Help Centre

Need help with your archery question? No problem, we've got the answers for the questions we're most frequently asked.



What is Brace Height?

Brace height is basically the gap between the bow's string at rest position and the deepest part of the grip, the pivot point, or the throat of the riser. It's essential to maintain a consistent brace height as it affects your arrow's impact point. Below is a chart that can help you determine the correct brace height of your bow.





48” AMO / 44” ACUTAL

5 ¾” – 6 ¾”


54” AMO / 50” ACTUAL

7” – 7 ½”


60” AMO / 56” ACTUAL

7 ½” – 8 ¼”


62” AMO / 58” ACTUAL

7 5/8” – 8 ¼”


64” AMO / 60” ACTUAL

8” – 8 ¾”


68” AMO / 64” ACTUAL

7” – 7 ¾”



What is Draw Length?

Draw Length is the distance of how far you can draw a bow and is measured in inches. To measure your draw length, simply measure your wingspan from the tip of your left middle finger to the right tip of your middle finger, subtract 15 then divide it by 2.

Draw Length

  Recommended Bow Length

14" to 16"

48" Bow

17" to 20"

54" Bow

20" to 22"

58" Bow

22" to 24"

58" to 60" Bow

24" to 25.5"

60" to 62" Bow

26" to 28.5"

62" Bow

29" to 30.5"

62", 64", 66" to 68" Bow

31" and longer

64" to 70" Bow



What is Draw Weight?

Draw weight, also known as draw poundage is the amount of force needed to pull a bow, and it's measured in pounds (LBS). Recurves and longbows have incrementally heavier draw weights the farther they're pulled whereis compound bows offer less draw weight the farther they're pulled thanks for the Let-Off system. However, if let's say you have a 62" bow and you exceed the draw length of 28", with every inch you exceed will add up to 2lbs of draw weight, and if you pull less than 28" the draw weight will also decrease by 2lbs for every inch. For example if you draw back a 62" 35lb bow to 29 inches of draw you will be holding 37lbs (an extra 2lbs on the draw).



Am I Right or Left Handed?

Finded the correct hand orientation is crucial in archery. Hand orientation is sort of confusing in archery because its sort of backwards, you hold a RH bow in your Left hand and pull with your Right. In contrast you hold a LH bow in your Right hand and pull with your Left. Most people think the hand you write with is the one you should pull with, this is most commonly true but what you really want is your dominant eye.



What Bow Length should I get?

There are a number of factors involved when it comes to choosing the ideal bow length (especially with recurve bows). Getting a bow that would provide you the best shooting experience depends on the draw length, and draw weight. Here is a small chart that shows the recommended bow lengths to compatible draw lengths and draw weights. Please note this chart is in reference to recurve bows only.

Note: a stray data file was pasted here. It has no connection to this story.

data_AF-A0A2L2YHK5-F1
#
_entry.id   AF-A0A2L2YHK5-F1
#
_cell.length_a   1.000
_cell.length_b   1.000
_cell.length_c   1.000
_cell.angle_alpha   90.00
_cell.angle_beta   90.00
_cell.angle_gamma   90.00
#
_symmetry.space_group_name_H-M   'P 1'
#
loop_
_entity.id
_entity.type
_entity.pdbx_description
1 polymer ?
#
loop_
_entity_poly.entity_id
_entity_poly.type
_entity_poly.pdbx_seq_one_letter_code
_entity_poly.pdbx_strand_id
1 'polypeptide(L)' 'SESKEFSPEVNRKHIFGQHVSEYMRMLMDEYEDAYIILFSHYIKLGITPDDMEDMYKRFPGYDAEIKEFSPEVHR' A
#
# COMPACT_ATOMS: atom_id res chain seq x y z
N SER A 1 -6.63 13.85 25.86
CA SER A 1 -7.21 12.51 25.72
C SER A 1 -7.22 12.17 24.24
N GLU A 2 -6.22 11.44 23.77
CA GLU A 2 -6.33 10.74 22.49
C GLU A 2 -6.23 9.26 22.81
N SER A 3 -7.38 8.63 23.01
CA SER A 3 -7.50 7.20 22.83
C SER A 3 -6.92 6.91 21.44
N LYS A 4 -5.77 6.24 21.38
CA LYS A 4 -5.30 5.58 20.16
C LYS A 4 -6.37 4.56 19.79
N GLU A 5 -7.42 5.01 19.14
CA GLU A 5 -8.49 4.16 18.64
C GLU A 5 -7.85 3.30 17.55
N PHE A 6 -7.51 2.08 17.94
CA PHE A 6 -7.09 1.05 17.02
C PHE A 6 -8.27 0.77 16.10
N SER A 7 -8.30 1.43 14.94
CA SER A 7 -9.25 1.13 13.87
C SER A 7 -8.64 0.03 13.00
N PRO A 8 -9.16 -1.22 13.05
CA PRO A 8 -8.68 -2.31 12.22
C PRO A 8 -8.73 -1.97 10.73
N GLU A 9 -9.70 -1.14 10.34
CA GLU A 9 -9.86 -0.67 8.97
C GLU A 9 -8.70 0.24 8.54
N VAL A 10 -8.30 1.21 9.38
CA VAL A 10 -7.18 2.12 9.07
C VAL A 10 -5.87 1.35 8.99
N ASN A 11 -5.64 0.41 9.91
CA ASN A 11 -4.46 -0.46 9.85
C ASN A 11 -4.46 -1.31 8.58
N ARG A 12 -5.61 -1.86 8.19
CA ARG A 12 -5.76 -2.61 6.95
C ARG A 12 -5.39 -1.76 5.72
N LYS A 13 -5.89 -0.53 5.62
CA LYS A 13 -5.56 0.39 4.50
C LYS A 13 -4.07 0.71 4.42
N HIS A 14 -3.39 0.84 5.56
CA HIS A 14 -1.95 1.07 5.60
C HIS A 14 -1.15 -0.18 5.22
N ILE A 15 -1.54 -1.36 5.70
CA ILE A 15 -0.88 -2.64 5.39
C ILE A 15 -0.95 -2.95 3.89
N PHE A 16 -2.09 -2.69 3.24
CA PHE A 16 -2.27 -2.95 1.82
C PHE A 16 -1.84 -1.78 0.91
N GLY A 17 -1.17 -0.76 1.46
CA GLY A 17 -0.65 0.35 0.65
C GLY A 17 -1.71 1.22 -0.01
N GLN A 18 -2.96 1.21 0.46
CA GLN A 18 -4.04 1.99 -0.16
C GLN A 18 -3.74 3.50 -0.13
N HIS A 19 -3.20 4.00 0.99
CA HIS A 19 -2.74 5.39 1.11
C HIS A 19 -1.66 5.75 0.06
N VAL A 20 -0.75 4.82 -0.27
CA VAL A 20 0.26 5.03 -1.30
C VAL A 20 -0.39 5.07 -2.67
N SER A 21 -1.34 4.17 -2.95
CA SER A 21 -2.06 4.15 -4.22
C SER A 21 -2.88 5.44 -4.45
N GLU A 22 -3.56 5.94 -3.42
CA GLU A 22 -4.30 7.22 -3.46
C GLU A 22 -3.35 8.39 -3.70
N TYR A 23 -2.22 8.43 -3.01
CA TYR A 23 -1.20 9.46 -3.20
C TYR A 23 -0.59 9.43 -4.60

The discipline of archery that you are going to do with the bow is also a factor in choosing which bow length to get. Field and bowhunting recurve bows are generally shorter in length compared to recurve bows made for target archery. Many field and bowhunting recurves are 62" and 64", in some cases you can even get 58" bowhunting recurves. Being a shorter bow means that the limbs flex more and this generates a higher arrow speed. Target archery recurve bows are generally longer as they offer the archer a smoother draw which is preferred especially when shooting at longer distances.

The majority of compound bows on the market today generally have a length of 30" or 31" unless they are specifically built for junior archers in which case they will be shorter. It's recommended to use a release aid when shooting a modern compound bow.



Should I buy a Recurve or a Compound?

This really depends on the type of archery you want to do, how much you want to spend and of course which style you personally prefer. Compound bows offer much more speed and performance compared to recurve or longbows however they generally cost more and have more 'mechanical' components. Meaning that there are much more moving parts which can wear down over time and need more servicing and repairs. Compound bows also weigh more than recurves due to the extra components on them. Recurve bows and Longbows are more user friendly and are ideal sharing bows compared to compounds. You can bowhunt with either compound or recurve however the majority of Australian bowhunters prefer compound bows due to the extra performance that they offer. Target archers prefer recurve bows as in the Olympics they only shoot with recurves. Recreational archers can go either way with compound or recurves but as mentioned before recurve bows are a better bow when it comes to sharing with other people. Traditional archers prefer one-piece recurve bows, longbows and other traditional style bows such as horse bows.



What are the parts of an arrow?

  • Shaft: The long part of the arrow.
  • Fletching: The plastic vanes or feathers on an arrow.
  • Arrow Point or Arrowhead: The point of the arrow.
  • Nock: A slotted plastic tip located on the rear end of the arrow that snaps onto the string and holds the arrow in position.


What are Arrow Spine Ratings?

Arrow spine ratings are in relation to the draw weight of the bow the arrow is to be shot from and also the draw length of the archer. Below is a general guide as to what is the ideal spine rating for you.

It's also recommended to check the arrow manufacturer’s spine ratings as arrow spine rating isn't standardised.